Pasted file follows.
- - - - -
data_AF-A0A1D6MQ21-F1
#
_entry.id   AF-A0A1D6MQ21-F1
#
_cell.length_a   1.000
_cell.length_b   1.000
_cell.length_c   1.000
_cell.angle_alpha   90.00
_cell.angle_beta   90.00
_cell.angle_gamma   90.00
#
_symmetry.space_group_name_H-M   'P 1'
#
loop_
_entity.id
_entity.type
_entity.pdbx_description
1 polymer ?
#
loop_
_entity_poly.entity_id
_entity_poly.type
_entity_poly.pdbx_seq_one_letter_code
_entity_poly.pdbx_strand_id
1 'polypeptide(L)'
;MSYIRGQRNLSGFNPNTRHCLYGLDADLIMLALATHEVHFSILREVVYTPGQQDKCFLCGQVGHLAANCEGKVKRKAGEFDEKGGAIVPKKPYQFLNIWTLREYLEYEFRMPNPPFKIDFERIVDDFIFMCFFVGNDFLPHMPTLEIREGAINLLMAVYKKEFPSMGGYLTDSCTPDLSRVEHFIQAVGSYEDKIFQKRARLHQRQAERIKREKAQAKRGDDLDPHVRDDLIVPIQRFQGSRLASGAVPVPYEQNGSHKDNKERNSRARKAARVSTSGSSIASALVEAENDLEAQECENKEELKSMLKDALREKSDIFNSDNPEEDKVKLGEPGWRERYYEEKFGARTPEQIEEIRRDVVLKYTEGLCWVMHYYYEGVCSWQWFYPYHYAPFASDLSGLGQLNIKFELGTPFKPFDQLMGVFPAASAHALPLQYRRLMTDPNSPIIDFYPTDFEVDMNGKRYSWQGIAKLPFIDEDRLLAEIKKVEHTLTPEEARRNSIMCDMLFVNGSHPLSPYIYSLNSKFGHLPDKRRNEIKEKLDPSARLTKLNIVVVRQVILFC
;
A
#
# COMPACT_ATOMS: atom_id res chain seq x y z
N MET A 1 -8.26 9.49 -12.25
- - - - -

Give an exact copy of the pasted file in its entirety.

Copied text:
data_AF-A0A1D6MQ21-F1
#
_entry.id   AF-A0A1D6MQ21-F1
#
_cell.length_a   1.000
_cell.length_b   1.000
_cell.length_c   1.000
_cell.angle_alpha   90.00
_cell.angle_beta   90.00
_cell.angle_gamma   90.00
#
_symmetry.space_group_name_H-M   'P 1'
#
loop_
_entity.id
_entity.type
_entity.pdbx_description
1 polymer ?
#
loop_
_entity_poly.entity_id
_entity_poly.type
_entity_poly.pdbx_seq_one_letter_code
_entity_poly.pdbx_strand_id
1 'polypeptide(L)'
;MSYIRGQRNLSGFNPNTRHCLYGLDADLIMLALATHEVHFSILREVVYTPGQQDKCFLCGQVGHLAANCEGKVKRKAGEFDEKGGAIVPKKPYQFLNIWTLREYLEYEFRMPNPPFKIDFERIVDDFIFMCFFVGNDFLPHMPTLEIREGAINLLMAVYKKEFPSMGGYLTDSCTPDLSRVEHFIQAVGSYEDKIFQKRARLHQRQAERIKREKAQAKRGDDLDPHVRDDLIVPIQRFQGSRLASGAVPVPYEQNGSHKDNKERNSRARKAARVSTSGSSIASALVEAENDLEAQECENKEELKSMLKDALREKSDIFNSDNPEEDKVKLGEPGWRERYYEEKFGARTPEQIEEIRRDVVLKYTEGLCWVMHYYYEGVCSWQWFYPYHYAPFASDLSGLGQLNIKFELGTPFKPFDQLMGVFPAASAHALPLQYRRLMTDPNSPIIDFYPTDFEVDMNGKRYSWQGIAKLPFIDEDRLLAEIKKVEHTLTPEEARRNSIMCDMLFVNGSHPLSPYIYSLNSKFGHLPDKRRNEIKEKLDPSARLTKLNIVVVRQVILFC
;
A
#
# COMPACT_ATOMS: atom_id res chain seq x y z
N MET A 1 -8.26 9.49 -12.25